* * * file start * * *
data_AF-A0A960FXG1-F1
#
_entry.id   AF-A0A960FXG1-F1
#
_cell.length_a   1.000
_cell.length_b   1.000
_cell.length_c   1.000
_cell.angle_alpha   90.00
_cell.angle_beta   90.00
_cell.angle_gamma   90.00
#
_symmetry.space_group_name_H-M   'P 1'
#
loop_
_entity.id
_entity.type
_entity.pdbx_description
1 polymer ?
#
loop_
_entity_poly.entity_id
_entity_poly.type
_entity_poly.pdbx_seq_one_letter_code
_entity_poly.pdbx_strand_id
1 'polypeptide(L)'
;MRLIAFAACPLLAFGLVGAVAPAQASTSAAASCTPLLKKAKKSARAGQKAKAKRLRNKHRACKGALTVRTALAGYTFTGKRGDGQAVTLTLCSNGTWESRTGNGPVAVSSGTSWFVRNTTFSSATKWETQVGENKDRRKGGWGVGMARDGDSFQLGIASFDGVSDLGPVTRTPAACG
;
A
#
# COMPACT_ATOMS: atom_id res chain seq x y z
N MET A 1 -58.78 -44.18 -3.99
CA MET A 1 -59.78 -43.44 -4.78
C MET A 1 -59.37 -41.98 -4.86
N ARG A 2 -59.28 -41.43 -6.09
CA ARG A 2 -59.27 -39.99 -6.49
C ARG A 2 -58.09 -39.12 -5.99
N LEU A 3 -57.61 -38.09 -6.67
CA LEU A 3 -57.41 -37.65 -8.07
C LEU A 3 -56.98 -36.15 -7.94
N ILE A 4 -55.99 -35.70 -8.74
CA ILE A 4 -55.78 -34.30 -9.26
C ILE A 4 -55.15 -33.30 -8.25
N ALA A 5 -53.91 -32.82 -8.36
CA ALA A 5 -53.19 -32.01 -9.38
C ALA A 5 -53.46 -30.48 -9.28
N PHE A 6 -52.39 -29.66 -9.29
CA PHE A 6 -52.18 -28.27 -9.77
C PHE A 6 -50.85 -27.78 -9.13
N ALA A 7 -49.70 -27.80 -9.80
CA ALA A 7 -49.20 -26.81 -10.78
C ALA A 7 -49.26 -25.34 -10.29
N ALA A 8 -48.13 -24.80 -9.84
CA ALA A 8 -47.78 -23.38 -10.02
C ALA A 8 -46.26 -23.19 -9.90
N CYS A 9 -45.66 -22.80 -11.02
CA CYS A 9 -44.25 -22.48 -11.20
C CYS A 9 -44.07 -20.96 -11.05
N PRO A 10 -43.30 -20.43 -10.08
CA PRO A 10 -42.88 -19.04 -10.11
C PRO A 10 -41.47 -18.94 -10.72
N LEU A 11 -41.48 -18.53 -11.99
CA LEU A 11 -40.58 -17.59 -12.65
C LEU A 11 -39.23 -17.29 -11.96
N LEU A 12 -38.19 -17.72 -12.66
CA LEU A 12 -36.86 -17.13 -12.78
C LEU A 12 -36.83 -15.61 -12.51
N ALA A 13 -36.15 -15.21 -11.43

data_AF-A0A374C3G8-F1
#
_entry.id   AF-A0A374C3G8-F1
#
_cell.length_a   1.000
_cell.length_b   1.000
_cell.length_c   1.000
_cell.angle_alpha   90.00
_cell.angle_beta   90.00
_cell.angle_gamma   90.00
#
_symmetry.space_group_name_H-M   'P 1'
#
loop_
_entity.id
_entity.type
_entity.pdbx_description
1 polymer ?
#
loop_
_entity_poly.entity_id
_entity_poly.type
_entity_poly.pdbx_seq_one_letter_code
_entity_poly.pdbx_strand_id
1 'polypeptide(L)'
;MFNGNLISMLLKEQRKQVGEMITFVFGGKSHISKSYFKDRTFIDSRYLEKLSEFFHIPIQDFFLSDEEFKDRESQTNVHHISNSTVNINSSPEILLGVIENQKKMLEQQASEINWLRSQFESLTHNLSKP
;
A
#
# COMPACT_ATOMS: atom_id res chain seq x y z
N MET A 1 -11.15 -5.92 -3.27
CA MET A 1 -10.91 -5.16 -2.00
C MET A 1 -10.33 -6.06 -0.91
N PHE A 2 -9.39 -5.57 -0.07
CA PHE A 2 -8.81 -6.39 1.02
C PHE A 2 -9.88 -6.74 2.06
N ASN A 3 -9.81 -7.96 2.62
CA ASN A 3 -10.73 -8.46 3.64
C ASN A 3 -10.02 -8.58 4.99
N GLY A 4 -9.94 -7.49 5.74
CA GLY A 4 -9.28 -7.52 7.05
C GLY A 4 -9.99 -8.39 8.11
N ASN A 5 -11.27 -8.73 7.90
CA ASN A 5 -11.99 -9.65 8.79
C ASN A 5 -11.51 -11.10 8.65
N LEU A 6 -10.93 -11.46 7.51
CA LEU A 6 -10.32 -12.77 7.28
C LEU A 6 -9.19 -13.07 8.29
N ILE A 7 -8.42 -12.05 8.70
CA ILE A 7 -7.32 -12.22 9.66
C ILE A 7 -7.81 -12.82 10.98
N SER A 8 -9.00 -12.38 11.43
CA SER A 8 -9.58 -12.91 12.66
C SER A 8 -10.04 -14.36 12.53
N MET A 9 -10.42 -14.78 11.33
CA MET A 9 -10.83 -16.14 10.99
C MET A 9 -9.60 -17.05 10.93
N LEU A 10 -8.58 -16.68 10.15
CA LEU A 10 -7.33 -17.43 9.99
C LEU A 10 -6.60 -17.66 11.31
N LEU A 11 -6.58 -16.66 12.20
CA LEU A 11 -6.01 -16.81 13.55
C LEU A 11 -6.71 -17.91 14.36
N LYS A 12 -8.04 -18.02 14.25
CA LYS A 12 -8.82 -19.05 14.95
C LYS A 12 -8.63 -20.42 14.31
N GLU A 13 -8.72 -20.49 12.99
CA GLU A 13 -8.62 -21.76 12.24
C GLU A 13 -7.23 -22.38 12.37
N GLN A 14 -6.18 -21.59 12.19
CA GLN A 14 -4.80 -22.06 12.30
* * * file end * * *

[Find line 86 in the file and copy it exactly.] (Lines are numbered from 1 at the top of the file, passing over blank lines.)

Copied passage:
#